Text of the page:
a)      receive the Eke Panuku Development Auckland - Hibiscus and Bays Local Board Six-Monthly Report from 1 September 2020 to 31 March 2021.

Horopaki

Context

10.     Eke Panuku Development Auckland (Eke Panuku) is the council-controlled organisation that delivers urban regeneration in Tāmaki Makaurau (Auckland). Urban regeneration is the planning of neighbourhoods and the improvement of buildings and spaces to strengthen communities and the economy to make it an even better place to live.

11.     Our city is facing rapid growth. Quality development is required to accommodate this growth and to ensure people love and can afford to live in Auckland. We imagine a city of strong neighbourhoods. We work across many neighbourhoods throughout our city from large, long-term urban regeneration plans to small projects on specific sites to meet the needs of the city’s long-term growth - including more types of homes people can afford. We work alongside the locals, other parts of the council and businesses to regenerate our city in ways that benefit both our local communities and Auckland as a whole.

12.     We deliver returns for the council, and at the same time, we ensure our assets contribute positively to the neighbourhoods of Tāmaki Makaurau. We manage around $2.4 billion of land and buildings owned by the Auckland Council.

13.     In the period 1 September 2020 to 31 March 2021, we continued our urban regeneration programme across the region, brought a $22.8m return to the council via property management, purchased six properties on behalf of the group, and sold nine properties as part of either our neighbourhood regeneration or as directed by Auckland Council.

Tātaritanga me ngā tohutohu

Analysis and advice

Urban regeneration – Hibiscus and Bays Local Board area

14.     Eke Panuku supports urban regeneration projects around the region, outside of our priority locations. These sites deliver new homes, quality design and urban regeneration outcomes.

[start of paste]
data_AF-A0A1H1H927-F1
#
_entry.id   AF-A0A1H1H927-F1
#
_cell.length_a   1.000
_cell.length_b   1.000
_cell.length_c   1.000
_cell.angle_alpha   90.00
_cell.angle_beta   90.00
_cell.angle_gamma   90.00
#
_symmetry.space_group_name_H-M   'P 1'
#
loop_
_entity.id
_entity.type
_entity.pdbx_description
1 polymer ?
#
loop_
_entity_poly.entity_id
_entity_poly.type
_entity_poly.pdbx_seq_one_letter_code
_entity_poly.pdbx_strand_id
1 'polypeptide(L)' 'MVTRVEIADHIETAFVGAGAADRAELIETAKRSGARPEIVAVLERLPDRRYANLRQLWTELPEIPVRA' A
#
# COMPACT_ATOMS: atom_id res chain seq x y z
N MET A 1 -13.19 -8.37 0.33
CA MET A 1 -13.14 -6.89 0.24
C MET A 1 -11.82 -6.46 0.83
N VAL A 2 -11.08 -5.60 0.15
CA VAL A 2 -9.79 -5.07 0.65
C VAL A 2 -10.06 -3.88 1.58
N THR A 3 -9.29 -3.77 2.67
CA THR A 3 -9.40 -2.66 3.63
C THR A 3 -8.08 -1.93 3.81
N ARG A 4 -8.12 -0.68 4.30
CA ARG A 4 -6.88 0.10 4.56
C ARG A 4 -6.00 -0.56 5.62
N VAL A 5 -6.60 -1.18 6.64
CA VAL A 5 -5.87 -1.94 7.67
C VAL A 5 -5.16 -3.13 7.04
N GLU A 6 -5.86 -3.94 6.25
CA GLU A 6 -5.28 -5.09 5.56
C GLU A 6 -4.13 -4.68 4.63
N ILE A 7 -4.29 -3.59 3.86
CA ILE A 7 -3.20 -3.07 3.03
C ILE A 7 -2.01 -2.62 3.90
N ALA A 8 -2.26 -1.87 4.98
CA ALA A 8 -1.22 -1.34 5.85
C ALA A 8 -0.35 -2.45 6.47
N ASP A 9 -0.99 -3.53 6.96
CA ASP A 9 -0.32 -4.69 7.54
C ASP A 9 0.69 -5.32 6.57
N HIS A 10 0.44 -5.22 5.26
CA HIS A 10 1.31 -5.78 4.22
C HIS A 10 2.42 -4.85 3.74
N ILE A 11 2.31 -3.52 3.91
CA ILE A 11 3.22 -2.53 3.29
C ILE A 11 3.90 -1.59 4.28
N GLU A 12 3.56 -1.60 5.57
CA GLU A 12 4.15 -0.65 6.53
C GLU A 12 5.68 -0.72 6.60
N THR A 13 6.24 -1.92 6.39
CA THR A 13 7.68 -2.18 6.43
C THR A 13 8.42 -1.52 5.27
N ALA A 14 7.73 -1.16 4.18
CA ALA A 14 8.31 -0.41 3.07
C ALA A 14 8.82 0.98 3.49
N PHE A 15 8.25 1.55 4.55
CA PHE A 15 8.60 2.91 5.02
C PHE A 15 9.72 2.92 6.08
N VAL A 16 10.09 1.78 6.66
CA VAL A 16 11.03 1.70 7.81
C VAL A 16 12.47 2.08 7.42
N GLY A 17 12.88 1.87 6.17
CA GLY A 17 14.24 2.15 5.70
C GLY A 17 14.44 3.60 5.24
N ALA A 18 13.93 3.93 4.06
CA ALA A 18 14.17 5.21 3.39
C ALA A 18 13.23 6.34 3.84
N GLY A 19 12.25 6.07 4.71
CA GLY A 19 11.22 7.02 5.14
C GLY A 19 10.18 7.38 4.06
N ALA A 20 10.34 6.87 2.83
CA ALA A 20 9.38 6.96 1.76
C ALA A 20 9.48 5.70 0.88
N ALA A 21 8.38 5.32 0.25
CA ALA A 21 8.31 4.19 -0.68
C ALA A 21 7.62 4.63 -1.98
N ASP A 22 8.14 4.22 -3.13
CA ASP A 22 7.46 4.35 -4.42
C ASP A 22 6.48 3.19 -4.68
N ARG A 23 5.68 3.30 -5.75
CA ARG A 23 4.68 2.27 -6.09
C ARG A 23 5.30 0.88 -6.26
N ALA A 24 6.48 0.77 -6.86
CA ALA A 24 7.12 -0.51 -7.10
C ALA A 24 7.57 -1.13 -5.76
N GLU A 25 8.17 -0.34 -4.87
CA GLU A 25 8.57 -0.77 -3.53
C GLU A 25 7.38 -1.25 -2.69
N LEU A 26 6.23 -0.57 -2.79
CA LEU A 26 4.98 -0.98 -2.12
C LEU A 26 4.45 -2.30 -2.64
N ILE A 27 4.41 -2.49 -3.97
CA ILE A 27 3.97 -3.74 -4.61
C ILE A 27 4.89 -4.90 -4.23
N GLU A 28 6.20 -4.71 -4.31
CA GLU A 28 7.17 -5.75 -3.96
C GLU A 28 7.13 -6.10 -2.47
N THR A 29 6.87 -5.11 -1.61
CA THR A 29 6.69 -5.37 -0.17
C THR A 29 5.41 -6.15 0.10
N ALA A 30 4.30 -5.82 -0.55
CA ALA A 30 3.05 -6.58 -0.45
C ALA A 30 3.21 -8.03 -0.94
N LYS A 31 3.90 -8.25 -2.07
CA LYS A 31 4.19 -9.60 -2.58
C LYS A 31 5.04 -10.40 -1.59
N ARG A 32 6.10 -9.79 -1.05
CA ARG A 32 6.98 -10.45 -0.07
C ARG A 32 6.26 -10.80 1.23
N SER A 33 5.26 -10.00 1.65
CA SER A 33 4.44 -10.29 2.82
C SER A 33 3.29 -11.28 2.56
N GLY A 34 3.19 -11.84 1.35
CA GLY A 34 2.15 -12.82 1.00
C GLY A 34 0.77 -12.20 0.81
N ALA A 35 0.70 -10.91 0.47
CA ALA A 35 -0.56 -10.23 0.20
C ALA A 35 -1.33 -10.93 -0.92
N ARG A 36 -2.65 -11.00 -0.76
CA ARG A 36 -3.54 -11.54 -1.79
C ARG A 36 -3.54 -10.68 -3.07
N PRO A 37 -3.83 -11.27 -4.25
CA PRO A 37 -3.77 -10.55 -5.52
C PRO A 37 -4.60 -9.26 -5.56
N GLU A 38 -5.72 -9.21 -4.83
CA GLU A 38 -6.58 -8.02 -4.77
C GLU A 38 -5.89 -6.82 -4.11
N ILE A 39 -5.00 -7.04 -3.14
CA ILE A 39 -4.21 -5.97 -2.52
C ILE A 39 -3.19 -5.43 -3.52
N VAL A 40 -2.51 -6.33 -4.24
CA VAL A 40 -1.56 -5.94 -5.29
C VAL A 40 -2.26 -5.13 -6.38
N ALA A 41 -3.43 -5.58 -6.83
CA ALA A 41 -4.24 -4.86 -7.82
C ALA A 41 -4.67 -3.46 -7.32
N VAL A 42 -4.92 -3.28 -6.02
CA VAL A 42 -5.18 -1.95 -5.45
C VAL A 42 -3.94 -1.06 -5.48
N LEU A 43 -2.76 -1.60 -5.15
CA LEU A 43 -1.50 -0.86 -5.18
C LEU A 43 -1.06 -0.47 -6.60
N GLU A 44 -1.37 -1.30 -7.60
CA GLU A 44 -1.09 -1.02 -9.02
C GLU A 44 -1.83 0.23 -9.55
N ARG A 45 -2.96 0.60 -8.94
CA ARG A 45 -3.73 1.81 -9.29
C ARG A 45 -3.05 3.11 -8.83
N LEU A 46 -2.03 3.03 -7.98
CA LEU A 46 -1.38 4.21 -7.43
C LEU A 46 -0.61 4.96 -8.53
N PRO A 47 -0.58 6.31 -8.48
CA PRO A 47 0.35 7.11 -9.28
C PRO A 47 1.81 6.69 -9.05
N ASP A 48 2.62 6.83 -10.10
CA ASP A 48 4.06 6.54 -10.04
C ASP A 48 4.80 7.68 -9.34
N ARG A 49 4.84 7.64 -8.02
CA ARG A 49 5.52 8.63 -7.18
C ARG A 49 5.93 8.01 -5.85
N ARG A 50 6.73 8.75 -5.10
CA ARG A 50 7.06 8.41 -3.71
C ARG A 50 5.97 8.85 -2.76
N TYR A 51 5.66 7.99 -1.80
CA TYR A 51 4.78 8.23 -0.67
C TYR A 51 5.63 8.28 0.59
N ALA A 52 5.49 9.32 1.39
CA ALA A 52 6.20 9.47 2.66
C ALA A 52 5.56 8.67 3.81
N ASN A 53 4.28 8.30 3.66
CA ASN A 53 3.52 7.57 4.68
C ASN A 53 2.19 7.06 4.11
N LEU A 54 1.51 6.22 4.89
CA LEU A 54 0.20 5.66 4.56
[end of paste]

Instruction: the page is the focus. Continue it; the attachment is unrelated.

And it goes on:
15.     Mariner Rise (20 Link Crescent, Whangaparāoa) provides 60 sections along with a reserve and playground. Fifty-four homes are completed or under construction. The remaining four will be constructed once sale and purchase agreements are signed. 

16.     The subdivision has resource consent for a mix of two, three and four-bedroom terrace and standalone family homes with a focus on design quality. The homes are being built and marketed by Signature Homes, Mike Greer Homes and New Dreamland, priced $650,000 to $800,000.

17.     In addition to the subdivision, Eke Panuku is supporting the ‘daylighting’ of a stream at D’Oyly Reserve, in partnership with Healthy Waters.

Property management and properties of Hibiscus and Bays Local Board interest

18.     Eke Panuku manages 15 leases in the Hibiscus and Bays Local Board area.

19.     The Hibiscus and Bays Local Board has expressed interest in updates on properties within the Eke Panuku property portfolio. The table below provides an update on matters of significance for the reporting period.

Table 1: update of matters of significance

Property

Status

4 and 6 Brightside Road.

472, 474, 476, 478, 480, 482, 484, 486, 488, 1/490, 2/491, 492, 494, 496, 498, 498B, 500, 502, 599, 616A Whangaparāoa Road, Stanmore Bay.

750A Whangaparāoa Road, Manly

The Finance and Performance Committee approved the disposal of the properties at its October 2020 meeting as part of the Emergency budget asset recycling programme.

Eke Panuku is currently investigating offer back obligations to former owners in accordance with s40 of the Public Works act 1981 for 19 of the properties.

In parallel with the statutory process, a market strategy is also being prepared for the properties that will be sold in an open market environment.

Acquisitions

20.     On behalf of Auckland Council, Eke Panuku completed a new commercial arrangement at Gulf Harbour Marina. This gives certainty of tenure to Gulf Harbour Investments Limited, which will enable it to upgrade marine facilities at Gulf Harbour in accordance with its existing development licence and Auckland Unitary Plan provisions while ensuring Auckland Council retains ownership and control of the land.

21.     As part of the arrangement, Auckland Council gains full ownership of the Hammerhead Land, which enables the ownership and control of the existing park and ride, yacht club, trailer boat and campervan facilities and control any future development of the Hammerhead land. Auckland Transport benefits from the retention of the strategic location of the current ferry terminal and provides for future expansion opportunities.

Disposals

22.     On behalf of the Auckland Council, Eke Panuku sells properties that are no longer required by the Auckland Council group for service use.

23.     The decision to sell these properties is made by Auckland Council’s Governing Body with advice from its finance team.